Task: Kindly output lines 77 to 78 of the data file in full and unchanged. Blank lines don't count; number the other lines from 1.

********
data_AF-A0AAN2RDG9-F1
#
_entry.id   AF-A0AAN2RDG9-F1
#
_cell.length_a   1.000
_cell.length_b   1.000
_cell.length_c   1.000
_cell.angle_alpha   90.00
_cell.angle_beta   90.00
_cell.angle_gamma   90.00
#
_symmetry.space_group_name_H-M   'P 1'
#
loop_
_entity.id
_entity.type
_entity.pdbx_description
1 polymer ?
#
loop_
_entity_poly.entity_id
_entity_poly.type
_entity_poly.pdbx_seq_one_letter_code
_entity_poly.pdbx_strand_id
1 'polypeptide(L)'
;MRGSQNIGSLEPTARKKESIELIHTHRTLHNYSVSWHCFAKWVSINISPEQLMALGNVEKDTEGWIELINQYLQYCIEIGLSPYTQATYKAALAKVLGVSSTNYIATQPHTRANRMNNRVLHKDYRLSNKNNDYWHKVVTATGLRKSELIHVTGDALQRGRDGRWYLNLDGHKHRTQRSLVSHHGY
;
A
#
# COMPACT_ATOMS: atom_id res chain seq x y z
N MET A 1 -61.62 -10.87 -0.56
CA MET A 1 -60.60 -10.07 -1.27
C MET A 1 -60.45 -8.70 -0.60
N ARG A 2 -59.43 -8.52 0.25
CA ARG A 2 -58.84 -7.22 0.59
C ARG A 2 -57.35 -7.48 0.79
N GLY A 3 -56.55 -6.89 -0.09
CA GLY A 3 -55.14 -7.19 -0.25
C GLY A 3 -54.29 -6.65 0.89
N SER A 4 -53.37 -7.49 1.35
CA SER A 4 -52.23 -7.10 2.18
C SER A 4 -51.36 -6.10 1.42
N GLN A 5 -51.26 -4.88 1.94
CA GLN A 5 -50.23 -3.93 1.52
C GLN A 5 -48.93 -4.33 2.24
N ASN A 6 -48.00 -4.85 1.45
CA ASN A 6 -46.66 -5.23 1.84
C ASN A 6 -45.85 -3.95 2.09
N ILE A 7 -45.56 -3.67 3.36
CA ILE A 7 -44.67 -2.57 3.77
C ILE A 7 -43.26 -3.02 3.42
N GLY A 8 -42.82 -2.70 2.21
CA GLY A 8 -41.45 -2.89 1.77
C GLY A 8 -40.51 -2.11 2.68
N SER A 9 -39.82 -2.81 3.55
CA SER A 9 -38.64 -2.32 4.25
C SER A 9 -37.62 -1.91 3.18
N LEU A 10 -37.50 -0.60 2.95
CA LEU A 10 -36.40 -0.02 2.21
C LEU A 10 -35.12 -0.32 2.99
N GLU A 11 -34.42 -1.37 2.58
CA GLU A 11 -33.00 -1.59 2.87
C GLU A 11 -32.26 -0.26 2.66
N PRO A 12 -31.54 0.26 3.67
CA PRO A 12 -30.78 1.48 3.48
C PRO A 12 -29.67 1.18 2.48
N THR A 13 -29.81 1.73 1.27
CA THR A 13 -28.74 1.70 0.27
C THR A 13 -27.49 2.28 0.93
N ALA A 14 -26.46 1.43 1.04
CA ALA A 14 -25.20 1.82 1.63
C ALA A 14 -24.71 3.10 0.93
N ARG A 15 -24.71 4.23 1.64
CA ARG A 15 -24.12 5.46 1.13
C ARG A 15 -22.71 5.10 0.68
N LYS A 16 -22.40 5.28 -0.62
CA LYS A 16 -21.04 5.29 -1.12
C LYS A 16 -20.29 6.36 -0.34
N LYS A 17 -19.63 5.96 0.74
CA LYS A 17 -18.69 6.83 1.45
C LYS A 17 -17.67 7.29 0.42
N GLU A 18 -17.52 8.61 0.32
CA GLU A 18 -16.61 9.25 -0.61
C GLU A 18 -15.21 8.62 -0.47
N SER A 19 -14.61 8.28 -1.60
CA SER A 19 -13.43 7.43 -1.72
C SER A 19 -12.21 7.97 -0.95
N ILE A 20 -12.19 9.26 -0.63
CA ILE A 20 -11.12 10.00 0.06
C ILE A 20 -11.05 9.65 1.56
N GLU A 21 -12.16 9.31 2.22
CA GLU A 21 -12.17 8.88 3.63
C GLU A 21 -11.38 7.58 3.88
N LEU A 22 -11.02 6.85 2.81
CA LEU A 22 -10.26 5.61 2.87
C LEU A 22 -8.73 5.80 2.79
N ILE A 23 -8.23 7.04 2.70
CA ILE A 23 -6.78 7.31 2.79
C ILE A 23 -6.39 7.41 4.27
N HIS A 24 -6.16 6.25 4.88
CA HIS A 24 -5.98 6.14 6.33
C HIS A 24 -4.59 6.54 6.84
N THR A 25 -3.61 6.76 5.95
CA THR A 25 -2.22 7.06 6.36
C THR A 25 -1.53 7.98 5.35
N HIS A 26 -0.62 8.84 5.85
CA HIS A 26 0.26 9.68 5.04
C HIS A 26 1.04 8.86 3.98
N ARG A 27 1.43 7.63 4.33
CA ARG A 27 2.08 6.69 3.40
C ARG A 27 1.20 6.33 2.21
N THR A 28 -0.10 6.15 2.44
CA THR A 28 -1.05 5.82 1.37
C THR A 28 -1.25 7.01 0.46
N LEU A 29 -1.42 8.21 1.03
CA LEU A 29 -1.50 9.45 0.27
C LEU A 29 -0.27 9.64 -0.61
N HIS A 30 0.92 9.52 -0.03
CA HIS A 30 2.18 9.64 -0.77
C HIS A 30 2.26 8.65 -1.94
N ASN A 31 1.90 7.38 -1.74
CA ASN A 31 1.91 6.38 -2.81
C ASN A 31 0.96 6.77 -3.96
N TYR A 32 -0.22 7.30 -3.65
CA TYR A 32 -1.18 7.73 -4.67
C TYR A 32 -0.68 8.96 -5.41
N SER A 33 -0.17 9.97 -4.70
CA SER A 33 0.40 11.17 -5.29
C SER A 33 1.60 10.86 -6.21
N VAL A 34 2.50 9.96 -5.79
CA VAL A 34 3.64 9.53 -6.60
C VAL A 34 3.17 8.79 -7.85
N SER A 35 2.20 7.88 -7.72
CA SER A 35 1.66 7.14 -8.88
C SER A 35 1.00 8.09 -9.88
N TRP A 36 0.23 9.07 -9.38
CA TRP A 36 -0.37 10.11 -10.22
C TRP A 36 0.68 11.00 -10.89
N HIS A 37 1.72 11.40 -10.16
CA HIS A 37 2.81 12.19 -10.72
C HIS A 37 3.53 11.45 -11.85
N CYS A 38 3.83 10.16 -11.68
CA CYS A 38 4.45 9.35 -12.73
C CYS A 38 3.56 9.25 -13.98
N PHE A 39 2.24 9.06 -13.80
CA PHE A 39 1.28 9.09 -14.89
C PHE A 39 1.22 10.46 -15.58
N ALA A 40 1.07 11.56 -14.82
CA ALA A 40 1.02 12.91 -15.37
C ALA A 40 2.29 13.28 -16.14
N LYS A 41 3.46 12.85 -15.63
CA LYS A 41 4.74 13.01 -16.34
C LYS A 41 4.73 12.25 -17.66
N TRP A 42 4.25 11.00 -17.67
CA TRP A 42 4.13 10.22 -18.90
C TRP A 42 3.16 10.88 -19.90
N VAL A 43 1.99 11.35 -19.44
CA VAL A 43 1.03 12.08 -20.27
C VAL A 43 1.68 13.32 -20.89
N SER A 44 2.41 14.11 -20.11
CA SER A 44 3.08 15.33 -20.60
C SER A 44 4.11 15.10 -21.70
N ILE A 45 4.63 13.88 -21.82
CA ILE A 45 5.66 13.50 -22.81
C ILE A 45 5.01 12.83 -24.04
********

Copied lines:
CA LYS A 16 -21.04 5.29 -1.12
C LYS A 16 -20.29 6.36 -0.34